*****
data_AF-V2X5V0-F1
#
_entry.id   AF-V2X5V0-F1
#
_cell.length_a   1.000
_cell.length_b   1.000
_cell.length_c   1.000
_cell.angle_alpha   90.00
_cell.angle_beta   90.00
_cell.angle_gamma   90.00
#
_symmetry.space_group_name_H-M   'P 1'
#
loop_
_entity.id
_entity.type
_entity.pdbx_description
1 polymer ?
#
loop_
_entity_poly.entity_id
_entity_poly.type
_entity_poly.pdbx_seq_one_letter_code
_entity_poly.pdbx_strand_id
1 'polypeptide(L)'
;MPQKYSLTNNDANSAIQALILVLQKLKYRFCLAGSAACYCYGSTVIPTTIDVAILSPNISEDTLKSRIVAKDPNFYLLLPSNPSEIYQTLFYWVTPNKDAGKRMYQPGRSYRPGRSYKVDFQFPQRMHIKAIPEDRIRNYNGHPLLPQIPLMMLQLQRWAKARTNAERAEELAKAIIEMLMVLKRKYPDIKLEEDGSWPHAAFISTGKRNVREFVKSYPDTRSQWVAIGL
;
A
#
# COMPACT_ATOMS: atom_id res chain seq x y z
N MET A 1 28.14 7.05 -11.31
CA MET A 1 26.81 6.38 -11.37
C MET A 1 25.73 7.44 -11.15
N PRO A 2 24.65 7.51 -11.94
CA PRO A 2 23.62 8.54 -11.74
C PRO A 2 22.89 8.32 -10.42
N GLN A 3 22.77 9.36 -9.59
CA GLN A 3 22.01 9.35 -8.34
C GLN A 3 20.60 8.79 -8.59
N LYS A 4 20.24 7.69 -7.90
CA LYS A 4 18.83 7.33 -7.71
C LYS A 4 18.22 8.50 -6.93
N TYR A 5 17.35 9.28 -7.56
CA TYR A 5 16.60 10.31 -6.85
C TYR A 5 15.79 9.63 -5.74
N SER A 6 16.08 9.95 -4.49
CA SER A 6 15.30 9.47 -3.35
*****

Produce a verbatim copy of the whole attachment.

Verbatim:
data_AF-V2X5V0-F1
#
_entry.id   AF-V2X5V0-F1
#
_cell.length_a   1.000
_cell.length_b   1.000
_cell.length_c   1.000
_cell.angle_alpha   90.00
_cell.angle_beta   90.00
_cell.angle_gamma   90.00
#
_symmetry.space_group_name_H-M   'P 1'
#
loop_
_entity.id
_entity.type
_entity.pdbx_description
1 polymer ?
#
loop_
_entity_poly.entity_id
_entity_poly.type
_entity_poly.pdbx_seq_one_letter_code
_entity_poly.pdbx_strand_id
1 'polypeptide(L)'
;MPQKYSLTNNDANSAIQALILVLQKLKYRFCLAGSAACYCYGSTVIPTTIDVAILSPNISEDTLKSRIVAKDPNFYLLLPSNPSEIYQTLFYWVTPNKDAGKRMYQPGRSYRPGRSYKVDFQFPQRMHIKAIPEDRIRNYNGHPLLPQIPLMMLQLQRWAKARTNAERAEELAKAIIEMLMVLKRKYPDIKLEEDGSWPHAAFISTGKRNVREFVKSYPDTRSQWVAIGL
;
A
#
# COMPACT_ATOMS: atom_id res chain seq x y z
N MET A 1 28.14 7.05 -11.31
CA MET A 1 26.81 6.38 -11.37
C MET A 1 25.73 7.44 -11.15
N PRO A 2 24.65 7.51 -11.94
CA PRO A 2 23.62 8.54 -11.74
C PRO A 2 22.89 8.32 -10.42
N GLN A 3 22.77 9.36 -9.59
CA GLN A 3 22.01 9.35 -8.34
C GLN A 3 20.60 8.79 -8.59
N LYS A 4 20.24 7.69 -7.90
CA LYS A 4 18.83 7.33 -7.71
C LYS A 4 18.22 8.50 -6.93
N TYR A 5 17.35 9.28 -7.56
CA TYR A 5 16.60 10.31 -6.85
C TYR A 5 15.79 9.63 -5.74
N SER A 6 16.08 9.95 -4.49
CA SER A 6 15.30 9.47 -3.35